I am hard at work on my series of prints about the Alaska Way Viaduct. Big Bertha, our sensitive and emotionally overwrought digging machine is helping me out by quitting on the job. We may have several extra years to contemplate incipient ruin, the subtleties of patina and the beauty of going nowhere.
This morning I started on a new collage with Pandora in the background set to my favorite station, which I am guilty, guilty, guilty of listening to instead of finding each song individually or listening to mixtapes made by friends 30+ years ago. The station, wouldn’t you know, is named for the father of music for airports Brian Eno. I do like this phrase from the Rolling Stone review of 1979, “...there’s a good deal of high craftsmanship here, but to find it, you’ve got to thwart the music’s intent by concentrating.” The trick of collage is often to concentrate while not concentrating, a sleight of hand through which something interesting may appear. Mr. Eno and his friends are the perfect soundtrack to encourage this state of mind.
As I was working, shifting layers back and forth and on and off and testing all the ways two simple images can converse and transform each other, I thought about driving and the visual emotional space of the car, which is so entirely married to music. I got my first and only car, a gray Toyota Corolla, in 1989. I will never take it for granted. The first time I sat on a lookout at sunset and turned on the radio I had a kind of American Satori experience: so this is what they were talking about! I get to sit here in my room on the street and just turn the dial and look out at the view?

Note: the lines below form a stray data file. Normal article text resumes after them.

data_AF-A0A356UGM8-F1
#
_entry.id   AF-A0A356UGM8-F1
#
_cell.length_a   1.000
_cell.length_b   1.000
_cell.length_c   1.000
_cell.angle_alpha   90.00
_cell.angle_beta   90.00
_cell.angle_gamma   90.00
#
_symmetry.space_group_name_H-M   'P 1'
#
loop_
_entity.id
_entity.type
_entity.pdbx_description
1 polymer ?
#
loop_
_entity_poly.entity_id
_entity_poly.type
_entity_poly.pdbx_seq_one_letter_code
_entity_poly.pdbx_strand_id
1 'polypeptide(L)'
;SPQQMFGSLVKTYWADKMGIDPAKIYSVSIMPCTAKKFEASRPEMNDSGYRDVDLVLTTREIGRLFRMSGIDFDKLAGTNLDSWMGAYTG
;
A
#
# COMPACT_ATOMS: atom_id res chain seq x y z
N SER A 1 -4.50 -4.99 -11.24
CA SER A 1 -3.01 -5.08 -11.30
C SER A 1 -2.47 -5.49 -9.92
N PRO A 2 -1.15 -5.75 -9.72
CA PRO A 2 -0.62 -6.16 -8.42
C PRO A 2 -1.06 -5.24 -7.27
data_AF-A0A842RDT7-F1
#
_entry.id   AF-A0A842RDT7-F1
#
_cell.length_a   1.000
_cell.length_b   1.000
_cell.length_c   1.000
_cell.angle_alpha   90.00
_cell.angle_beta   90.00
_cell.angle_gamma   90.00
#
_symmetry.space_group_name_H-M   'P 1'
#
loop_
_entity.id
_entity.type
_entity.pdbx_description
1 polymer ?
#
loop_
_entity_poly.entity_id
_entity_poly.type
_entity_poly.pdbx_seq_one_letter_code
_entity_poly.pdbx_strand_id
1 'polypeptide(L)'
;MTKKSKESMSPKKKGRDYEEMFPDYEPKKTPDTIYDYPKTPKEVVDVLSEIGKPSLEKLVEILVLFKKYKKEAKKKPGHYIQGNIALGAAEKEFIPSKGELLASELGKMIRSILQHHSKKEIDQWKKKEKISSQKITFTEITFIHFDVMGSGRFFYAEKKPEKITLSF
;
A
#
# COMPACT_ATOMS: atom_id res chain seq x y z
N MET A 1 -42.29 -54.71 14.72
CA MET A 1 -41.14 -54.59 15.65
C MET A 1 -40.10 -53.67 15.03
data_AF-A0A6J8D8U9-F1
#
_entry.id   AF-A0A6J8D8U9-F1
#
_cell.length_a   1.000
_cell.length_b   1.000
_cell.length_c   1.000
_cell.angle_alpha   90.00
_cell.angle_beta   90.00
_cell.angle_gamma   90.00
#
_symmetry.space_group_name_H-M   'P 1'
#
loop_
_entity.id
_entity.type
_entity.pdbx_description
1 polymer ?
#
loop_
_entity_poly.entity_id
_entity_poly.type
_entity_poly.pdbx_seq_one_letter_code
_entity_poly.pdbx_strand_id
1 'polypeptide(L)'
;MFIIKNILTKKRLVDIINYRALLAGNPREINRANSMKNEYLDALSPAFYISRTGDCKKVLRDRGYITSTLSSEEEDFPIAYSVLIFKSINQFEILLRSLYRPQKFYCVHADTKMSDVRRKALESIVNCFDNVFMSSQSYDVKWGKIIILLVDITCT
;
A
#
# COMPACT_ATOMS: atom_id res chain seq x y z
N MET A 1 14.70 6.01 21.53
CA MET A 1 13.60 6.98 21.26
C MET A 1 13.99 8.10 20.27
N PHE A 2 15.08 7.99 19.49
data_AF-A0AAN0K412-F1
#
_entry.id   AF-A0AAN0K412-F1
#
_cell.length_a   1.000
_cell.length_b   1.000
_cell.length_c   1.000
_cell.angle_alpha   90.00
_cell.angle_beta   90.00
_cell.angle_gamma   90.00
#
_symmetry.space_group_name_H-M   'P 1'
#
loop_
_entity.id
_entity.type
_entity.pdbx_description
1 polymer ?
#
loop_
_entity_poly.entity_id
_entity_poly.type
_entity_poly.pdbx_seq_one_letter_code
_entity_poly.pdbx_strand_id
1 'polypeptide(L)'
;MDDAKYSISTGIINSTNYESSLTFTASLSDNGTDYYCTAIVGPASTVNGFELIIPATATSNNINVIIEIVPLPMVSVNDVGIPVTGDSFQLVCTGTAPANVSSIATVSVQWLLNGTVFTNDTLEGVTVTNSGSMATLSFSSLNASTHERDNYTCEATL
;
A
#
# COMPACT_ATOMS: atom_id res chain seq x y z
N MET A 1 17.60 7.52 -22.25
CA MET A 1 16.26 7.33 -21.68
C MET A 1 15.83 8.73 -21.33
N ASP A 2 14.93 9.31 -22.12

The view of course is what the lovers of the viaduct will miss the most when it comes down. It is the last populist vista, where you don’t have to pay big dollars to see The Mountains and the Sound which make us want to live here. When it is gone we will have to buy a multi-million dollar penthouse condo or use binoculars to peer across the six to eight lanes of traffic they propose to go on top of the tunnel, which by then will cost 10 dollars per trip and which no one will use because who wants to drive in the dark?? Hmmm.
The music of this situation is both requiem and anthem, weaving its modal intervals in and out in lane changes and near-misses and ultimately onto the great offramp of what-it-is. Requiem for what is to be lost, anthem for what we can still see if we ditch our worries about gas and earthquakes and just go for a drive. I checked Pandora to see what lovely song was transporting me: “Ballad of Distances” from The Tired Sounds of Stars of the Lid, and “Requiem for a Dream” by the Kronos Quartet. Gotta love this many-splendored synchronistic modern life.
Stay tuned for details on my upcoming show, “Excavations,” at Zeitgeist, opening the first week of April.